Should Women Wash Mayim Acharonim?

Should women be washing mayim acharonim?

By Rabbi Chaim Hillel Raskin, Rov of Anash in Petach Tikvah.

Chazal instituted the obligation to wash one’s fingers—from their tips until the first joint after the nail—prior to bentching, for hands soiled with the grime of food are unacceptable for reciting blessings and mentioning Hashem’s Name. It would have been fitting to recite a bracha on this washing—as we do on the mayim rishonim before the meal—but since at present we don’t perform the mitzvah in the complete manner as ordained by Chazal, which included using scented oil, we don’t recite a bracha.

An additional reason for the obligation is the concern that in the course of the meal one may have touched strong salt that could cause blindness if one subsequently touches their eyes without washing. This second reason applies even to one who doesn’t recite the bentching themselves and are yotzei instead from someone else.

If one doesn’t have water, any type of liquid may be used, for they all remove filth. Wine shouldn’t be used, due to its importance (unless there is nothing else at all.) Poskim record a custom that when people are concerned of missing out on the zimun, they wash with mashke. Some poskim write not to use sea water, for it contains salt, and especially not water from the Dead Sea, for it contains the strong Sodomite salt.

If one mistakenly bentched without washing mayim acharonim, one should wash afterwards. If one remembered in middle of bentching, one should stop to wash before continuing to bentch.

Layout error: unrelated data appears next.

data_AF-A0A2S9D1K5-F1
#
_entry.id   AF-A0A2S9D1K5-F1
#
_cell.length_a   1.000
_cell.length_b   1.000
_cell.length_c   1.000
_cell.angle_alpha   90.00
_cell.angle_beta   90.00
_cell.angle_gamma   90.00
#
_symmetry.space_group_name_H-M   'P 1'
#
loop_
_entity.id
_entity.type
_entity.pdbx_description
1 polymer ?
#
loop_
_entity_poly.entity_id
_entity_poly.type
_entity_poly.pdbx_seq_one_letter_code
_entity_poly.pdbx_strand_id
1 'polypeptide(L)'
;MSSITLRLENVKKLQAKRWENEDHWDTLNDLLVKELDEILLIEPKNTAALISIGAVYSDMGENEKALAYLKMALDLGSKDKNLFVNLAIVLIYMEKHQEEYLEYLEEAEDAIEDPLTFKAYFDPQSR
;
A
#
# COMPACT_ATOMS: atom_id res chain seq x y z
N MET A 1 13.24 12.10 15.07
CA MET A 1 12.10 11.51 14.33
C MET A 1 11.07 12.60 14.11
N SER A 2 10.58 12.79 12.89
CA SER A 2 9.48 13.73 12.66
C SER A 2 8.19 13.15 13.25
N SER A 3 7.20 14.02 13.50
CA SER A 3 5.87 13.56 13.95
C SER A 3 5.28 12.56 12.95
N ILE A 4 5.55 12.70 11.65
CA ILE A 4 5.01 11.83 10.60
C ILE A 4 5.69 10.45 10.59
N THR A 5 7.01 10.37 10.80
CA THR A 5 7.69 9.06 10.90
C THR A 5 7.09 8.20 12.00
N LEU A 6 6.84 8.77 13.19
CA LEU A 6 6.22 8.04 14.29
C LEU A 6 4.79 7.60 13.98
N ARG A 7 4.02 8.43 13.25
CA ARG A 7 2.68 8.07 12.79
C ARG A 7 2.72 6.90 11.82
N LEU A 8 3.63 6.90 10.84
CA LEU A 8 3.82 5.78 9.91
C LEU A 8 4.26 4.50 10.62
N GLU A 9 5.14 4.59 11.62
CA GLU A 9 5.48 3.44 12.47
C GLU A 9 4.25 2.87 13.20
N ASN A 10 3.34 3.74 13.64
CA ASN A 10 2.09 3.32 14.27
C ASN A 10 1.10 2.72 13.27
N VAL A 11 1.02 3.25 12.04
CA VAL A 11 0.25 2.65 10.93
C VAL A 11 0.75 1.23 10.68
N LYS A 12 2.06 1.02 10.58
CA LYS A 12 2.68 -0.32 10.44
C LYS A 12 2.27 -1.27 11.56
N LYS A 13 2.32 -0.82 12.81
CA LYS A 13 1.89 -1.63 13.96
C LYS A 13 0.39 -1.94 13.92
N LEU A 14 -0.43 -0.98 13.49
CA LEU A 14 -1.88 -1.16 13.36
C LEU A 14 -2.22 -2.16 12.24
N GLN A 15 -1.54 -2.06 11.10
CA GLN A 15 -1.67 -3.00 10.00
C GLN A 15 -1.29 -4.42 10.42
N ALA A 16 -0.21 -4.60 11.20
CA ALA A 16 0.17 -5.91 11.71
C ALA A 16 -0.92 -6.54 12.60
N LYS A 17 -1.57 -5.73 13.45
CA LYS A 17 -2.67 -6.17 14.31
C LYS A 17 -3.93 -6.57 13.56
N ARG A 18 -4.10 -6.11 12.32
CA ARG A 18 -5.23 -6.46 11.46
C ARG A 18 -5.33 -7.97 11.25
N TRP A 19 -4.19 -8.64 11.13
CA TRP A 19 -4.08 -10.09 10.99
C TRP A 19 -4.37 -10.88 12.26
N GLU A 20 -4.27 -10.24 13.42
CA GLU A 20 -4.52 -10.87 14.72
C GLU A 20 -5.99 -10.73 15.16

Some aren’t careful about mayim acharonim in the present age, since the strong salt of concern isn’t commonly used, and people aren’t as particular regarding food residue on their hands, thus it isn’t anymore considered “filth.” Still, the Alter Rebbe concludes that it is proper to be meticulous regarding mayim acharonim, and some explain this based on the kabbalistic aspects surrounding the obligation which apply no less in the present.

Whether women are obligated in mayim acharonim in the present age is disputed amongst contemporary halachic authorities. While some hold they share the same obligation as men, others hold that they customarily don’t wash, since today the primary obligation doesn’t exist and it only has the status of a custom—one that women didn’t accept upon themselves, and so is the custom. In any case, if their hands are actually dirty, they should clean them before bentching.

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  1. In the sicha of Shavuos 5745, the Rebbe responds quite sharply to someone who ridiculed the need for mayim acharonim nowadays.

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